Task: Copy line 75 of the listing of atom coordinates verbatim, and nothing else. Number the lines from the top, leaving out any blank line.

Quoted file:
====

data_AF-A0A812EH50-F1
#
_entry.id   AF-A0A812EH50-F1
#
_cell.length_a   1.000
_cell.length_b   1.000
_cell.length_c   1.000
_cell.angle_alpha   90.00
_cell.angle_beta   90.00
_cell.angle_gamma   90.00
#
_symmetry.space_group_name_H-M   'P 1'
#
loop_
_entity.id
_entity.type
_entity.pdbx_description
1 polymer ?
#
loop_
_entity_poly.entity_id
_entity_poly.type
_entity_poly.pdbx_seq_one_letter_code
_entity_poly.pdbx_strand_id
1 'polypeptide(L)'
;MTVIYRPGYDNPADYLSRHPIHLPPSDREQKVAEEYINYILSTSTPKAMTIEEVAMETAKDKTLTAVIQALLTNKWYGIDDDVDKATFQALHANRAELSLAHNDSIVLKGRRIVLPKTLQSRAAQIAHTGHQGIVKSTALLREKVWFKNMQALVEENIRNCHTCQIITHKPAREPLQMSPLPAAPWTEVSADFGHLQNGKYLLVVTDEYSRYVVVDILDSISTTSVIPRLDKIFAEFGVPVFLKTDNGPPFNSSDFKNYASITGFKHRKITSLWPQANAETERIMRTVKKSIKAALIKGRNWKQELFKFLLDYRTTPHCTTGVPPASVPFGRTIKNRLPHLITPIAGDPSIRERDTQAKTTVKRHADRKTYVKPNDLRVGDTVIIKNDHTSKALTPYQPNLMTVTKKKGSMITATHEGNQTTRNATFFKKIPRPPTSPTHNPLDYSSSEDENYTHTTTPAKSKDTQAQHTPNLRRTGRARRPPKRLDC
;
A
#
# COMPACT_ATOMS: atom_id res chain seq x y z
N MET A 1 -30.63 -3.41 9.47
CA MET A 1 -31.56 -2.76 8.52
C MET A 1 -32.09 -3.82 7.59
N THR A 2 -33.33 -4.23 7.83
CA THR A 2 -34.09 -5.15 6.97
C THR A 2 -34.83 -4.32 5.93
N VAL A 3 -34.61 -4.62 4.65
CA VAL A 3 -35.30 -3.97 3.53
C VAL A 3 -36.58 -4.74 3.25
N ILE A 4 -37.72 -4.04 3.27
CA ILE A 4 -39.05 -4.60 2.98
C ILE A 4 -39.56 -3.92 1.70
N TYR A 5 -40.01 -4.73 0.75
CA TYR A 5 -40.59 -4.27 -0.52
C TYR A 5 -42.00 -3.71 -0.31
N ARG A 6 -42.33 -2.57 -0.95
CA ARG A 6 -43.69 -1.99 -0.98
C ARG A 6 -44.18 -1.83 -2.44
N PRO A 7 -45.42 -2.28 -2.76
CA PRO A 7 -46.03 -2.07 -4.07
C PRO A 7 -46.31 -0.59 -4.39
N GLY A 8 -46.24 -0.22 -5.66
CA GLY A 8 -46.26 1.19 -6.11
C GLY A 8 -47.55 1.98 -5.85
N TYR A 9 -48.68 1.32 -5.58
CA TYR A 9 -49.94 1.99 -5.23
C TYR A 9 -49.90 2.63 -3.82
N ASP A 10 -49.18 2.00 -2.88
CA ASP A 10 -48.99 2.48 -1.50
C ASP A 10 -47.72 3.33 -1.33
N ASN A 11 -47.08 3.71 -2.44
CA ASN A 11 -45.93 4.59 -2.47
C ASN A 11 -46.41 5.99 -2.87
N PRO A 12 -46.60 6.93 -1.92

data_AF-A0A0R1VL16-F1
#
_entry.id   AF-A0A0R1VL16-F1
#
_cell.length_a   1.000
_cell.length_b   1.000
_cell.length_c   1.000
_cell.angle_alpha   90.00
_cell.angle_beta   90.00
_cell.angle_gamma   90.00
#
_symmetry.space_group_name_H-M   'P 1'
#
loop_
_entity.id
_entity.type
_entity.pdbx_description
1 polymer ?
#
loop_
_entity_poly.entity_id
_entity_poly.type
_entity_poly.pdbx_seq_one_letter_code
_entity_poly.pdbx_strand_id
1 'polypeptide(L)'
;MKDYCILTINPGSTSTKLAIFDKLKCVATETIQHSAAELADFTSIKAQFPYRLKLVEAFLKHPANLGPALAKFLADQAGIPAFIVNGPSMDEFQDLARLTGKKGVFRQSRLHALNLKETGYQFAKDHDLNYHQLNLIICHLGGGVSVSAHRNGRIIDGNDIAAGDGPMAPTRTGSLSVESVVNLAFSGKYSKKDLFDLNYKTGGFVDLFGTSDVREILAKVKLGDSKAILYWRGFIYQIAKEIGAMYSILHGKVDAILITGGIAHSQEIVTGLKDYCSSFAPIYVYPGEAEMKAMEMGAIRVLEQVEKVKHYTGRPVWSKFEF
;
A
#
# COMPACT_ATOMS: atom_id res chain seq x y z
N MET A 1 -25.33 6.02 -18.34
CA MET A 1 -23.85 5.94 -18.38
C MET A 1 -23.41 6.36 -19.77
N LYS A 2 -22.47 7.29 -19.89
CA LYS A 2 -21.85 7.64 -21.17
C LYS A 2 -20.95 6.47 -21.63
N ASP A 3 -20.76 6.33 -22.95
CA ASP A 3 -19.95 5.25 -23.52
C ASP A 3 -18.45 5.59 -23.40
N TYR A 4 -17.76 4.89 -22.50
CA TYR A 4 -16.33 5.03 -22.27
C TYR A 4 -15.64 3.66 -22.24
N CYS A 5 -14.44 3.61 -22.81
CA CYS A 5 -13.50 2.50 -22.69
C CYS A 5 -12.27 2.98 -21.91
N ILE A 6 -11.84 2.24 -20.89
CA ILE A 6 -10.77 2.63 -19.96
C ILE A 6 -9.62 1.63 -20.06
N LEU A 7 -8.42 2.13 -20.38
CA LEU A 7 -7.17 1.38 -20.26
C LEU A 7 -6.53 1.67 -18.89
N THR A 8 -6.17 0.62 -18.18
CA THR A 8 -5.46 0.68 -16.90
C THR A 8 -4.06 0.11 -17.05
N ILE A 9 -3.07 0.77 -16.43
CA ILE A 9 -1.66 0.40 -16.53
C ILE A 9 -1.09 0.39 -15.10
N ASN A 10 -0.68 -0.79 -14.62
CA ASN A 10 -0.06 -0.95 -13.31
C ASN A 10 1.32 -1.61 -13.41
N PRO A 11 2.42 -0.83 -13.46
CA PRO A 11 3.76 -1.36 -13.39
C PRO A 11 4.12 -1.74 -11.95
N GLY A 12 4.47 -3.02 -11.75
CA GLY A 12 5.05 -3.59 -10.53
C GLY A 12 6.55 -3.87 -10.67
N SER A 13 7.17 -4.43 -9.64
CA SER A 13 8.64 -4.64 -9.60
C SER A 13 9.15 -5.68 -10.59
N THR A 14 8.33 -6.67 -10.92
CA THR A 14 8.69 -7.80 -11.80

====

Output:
#